A Book Review: “Unbroken”

Say you are going about your busy day, and you start to think about the character in the book you are reading, and you wonder what’s going to happen next. When that happens to me I know that I have found a treasure in that book. The best thing an author can do is enchant the reader into caring about one of the characters. This is what happened to me while I was reading Unbroken, a World War II Story of Survival, Resilience and Redemption, by Laura Hillenbrand. I found that I instantly liked Louis Zamperini, the hero of this story. When I was not reading the book, I felt like I should be because I didn’t want to leave Louie stuck in an awful place. Even though the story was in my mind, I had to keep it moving so that I could find some peace for Louie.

When Louie was younger, he was a little trouble maker, but his brother helped him channel his energy into being a runner. Louie worked hard through high school and became a star athlete by breaking records when he ran the mile. Soon he was off to the 1936 Olympics. I believe that all the stamina that Louie developed as an athlete helped him continue on his journey to survive his trials during World War II and beyond.

I try not to read books that are about war because as Bird, Louie’s arch enemy said after the war was done, “War is a crime against humanity.” It was difficult to read how people treated others during the war. There are very graphic scenes in the book, but since I now had gotten to know Louie, I kept rooting for him and hoping that his situation would get better. I also got to see how compassionate people can be, how they can learn to forgive and move on with their lives.

As you can tell by the title of the book, Louie did not get broken. Louie found a way to save himself, and witnessing his strong spirit could strengthen anyone’s resolve. The life he led is truly inspirational. It’s no wonder this book has been on the New York Times Best Seller List for 114 weeks.

If you can, try to read the book before it becomes a movie. The movie is going to be produced this year. Louie, at 96, will hopefully be able to be a part of the production.

You can find details about the movie here:

Now I look forward to see which will be better, the book or the movie?


It Wasn’t Like I Remembered

One day while shopping with the children, I saw a movie that I used to watch all the time when I was a kid.  I thought they would like to watch a movie that I watched when I was around their ages, so I bought West Side Story.  I watched this movie so much when I was younger that I memorized the words to every song.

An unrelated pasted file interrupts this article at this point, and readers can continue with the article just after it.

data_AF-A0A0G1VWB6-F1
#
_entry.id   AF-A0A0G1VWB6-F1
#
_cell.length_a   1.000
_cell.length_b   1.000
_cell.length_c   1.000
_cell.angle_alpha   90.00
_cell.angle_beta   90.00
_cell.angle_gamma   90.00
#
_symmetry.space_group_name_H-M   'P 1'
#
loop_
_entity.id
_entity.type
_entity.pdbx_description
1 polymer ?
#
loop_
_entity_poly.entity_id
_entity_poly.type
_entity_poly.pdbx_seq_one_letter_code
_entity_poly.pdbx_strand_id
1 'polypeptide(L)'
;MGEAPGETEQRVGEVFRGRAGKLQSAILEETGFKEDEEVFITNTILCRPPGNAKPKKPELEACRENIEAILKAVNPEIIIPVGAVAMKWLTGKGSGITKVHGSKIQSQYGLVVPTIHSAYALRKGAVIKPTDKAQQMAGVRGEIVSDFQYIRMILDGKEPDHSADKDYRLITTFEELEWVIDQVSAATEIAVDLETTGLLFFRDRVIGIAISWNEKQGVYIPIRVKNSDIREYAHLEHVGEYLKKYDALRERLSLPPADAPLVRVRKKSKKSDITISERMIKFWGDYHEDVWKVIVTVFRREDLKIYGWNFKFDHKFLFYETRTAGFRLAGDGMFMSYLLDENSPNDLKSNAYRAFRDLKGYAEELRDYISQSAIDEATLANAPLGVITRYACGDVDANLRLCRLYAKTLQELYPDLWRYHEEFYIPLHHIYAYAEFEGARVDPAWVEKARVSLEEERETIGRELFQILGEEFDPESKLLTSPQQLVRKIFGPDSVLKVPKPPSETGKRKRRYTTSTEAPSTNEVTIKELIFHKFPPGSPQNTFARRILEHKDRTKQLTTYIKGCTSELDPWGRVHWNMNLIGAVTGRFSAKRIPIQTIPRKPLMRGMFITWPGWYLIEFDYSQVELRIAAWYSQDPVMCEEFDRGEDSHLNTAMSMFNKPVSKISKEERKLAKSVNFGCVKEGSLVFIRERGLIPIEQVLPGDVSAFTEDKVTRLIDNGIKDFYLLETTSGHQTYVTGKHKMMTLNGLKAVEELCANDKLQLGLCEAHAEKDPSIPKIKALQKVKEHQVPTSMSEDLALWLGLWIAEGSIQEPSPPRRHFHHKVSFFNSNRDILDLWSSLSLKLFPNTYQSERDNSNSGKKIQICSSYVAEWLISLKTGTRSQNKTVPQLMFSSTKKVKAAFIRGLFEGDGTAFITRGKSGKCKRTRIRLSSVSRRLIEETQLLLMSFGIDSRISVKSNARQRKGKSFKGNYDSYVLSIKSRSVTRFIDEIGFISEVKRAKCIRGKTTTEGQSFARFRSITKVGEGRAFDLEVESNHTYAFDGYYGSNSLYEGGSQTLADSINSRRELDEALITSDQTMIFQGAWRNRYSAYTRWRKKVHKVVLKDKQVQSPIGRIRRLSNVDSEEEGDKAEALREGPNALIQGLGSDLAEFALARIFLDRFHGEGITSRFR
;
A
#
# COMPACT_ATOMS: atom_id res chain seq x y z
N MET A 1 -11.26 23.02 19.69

When we got home, the kids did not seem as excited as I was.  I put the movie in the DVD player, we all settled in and got comfy, and suddenly I was sitting all by myself.  I guess the kids thought it was weird that boys were running and dancing around in very tight jeans, snapping their fingers, and looking for a fight.  I heard them utter, “Mom, this movie is weird.”  We didn’t even get to the part where Maria sings I Feel Pretty.  Not only did the movie look funny to them, it started to look funny to me too.  I decided that it wasn’t like I remembered.  I used to think that Tony was so cute, and that he and Maria made such a cute couple.  I was suddenly seeing through my children’s eyes, and I wondered what my fascination was.  I switched off the movie, put the DVD away on the shelf, and got busy with something else.

That experience brought me back to the time when we rented Fiddler on the Roof.  The kids sat down with me, and we got all comfy and ready to watch the movie.  Then they wandered off one by one muttering, “Mom, this movie is really weird.”  I sat by myself and watched the entire movie.  I did not remember it being so long, yet I watched mostly because I loved the songs.

Isn’t it strange when we haven’t seen something for a long time, and we somehow build up how much we liked it in our minds?  When we finally get around to watching an old favorite movie or show, it’s not what we remembered.  Do you think it has something to do with how the movies are now?  Do you think technology has made movie watching more fun or just the opposite?

I guess I will not even try to get the kids to watch Bye, Bye Birdie even though I think they would learn so much by watching my favorite part, the telephone scene!  If you don’t remember the scene, here’s a link:  Was it like you remembered?